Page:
Street theatre’s a hard gig, take it from me. The excited screams of children, photographers snapping away from every angle and traffic noise that can overwhelm the sound system. And the weather’s always a worry – will the gear stand up to a sudden gust of wind or downpour of rain?
Thank goodness the audience doesn’t realise all this. Of course, when you’re on, all of that vanishes. The body’s aches and pains, the worries of everyday life simply cease to exist. But now — after — the energy that you needed for the show slowly uncoils.
That aching shoulder makes presence known again and your costume feels itchy and heavy. Your make up runs streaky with sweat. And tired. God, you hadn’t realised how tired you were. That first ciggie feels blissful, even though you know it’s bad for you. You can finally let your face sink into repose. You don’t want to talk to anyone yet, just grab a moment for yourself to recover from all that intensity. Relief and resignation are washing over you. It’s done, over, nothing you can do about it now. Tomorrow’s another show, another day, another place. The doubts will come later: was it ok, was I ok? How was the audience, will we be asked back next year?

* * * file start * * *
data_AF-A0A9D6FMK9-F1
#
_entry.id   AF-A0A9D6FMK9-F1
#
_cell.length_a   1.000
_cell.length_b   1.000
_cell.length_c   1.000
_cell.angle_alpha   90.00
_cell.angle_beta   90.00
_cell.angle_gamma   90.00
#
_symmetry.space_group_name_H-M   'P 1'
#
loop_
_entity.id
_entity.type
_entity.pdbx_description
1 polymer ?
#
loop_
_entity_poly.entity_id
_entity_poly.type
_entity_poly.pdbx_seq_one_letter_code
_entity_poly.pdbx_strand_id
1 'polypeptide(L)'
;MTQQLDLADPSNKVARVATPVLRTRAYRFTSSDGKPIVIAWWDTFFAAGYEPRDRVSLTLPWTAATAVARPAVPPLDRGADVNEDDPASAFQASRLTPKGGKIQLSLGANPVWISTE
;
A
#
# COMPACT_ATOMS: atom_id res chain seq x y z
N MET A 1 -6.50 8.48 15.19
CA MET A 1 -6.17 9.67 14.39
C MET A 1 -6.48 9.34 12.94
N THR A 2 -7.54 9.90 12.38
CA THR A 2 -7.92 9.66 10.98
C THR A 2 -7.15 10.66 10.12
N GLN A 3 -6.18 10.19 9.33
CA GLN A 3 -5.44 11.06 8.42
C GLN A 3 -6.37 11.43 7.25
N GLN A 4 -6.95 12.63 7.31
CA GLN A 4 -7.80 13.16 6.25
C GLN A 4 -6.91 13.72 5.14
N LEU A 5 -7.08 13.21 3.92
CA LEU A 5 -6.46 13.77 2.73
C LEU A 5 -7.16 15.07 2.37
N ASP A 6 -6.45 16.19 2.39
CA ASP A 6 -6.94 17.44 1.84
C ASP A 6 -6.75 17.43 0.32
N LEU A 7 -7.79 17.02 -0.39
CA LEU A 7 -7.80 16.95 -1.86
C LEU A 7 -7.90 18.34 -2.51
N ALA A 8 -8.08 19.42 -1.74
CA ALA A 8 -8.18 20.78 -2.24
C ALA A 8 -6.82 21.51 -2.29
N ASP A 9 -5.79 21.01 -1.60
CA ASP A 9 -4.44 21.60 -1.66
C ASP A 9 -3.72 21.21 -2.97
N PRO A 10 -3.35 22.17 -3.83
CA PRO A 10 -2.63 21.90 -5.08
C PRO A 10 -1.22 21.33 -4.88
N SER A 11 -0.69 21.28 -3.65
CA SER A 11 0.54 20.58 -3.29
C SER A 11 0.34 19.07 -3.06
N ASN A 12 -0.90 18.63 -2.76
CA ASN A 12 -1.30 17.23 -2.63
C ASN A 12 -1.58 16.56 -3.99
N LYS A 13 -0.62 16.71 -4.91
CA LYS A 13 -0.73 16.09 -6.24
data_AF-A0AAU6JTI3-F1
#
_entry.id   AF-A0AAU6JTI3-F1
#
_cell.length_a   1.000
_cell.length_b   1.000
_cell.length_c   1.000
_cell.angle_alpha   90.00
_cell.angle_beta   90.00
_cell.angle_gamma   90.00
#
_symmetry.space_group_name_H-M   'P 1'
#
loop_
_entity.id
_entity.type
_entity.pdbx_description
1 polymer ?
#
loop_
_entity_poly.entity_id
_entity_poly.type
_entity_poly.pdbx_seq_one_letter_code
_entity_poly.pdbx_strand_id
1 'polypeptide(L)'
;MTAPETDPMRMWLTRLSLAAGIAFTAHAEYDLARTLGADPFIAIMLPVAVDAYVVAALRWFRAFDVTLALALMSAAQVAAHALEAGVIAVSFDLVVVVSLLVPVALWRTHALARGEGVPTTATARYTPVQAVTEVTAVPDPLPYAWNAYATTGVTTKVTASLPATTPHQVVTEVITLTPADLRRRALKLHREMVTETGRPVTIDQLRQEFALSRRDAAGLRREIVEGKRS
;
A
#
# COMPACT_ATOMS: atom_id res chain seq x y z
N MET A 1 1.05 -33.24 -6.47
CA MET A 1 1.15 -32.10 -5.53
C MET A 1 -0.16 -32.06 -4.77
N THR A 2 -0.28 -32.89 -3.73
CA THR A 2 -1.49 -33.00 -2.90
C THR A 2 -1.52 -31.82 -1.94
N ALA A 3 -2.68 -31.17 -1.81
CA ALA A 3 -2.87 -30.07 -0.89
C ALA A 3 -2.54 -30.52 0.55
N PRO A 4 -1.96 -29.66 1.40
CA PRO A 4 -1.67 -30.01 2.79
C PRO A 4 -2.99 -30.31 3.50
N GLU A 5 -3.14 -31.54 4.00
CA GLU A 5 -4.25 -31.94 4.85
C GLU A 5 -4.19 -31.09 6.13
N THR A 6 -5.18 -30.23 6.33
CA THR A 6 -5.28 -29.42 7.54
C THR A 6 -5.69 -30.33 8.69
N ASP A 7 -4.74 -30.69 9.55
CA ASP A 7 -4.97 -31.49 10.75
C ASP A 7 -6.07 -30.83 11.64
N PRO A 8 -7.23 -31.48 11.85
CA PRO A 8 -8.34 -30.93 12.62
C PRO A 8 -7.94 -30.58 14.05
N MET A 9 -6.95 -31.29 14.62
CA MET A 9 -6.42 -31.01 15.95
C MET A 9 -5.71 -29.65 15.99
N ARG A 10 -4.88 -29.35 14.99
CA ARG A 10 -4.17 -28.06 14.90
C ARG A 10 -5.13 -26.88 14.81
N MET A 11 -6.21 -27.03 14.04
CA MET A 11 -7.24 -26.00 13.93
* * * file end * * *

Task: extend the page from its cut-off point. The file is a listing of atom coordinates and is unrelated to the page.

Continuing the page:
Your stomach starts to rumble. The set-up tonight took longer than expected, so you missed dinner. Now you’re longing for fast, greasy food. You could murder a long, cool beer too.
Then a couple of hours spent laughing and joking with your fellow performers, congratulating each other on your collective brilliance. Trying your best as always to ignore the producer who’s hell-bent on giving you notes on what “wasn’t quite as good as usual” in today’s show.
But for now, it’s just the moment. The moment that is after.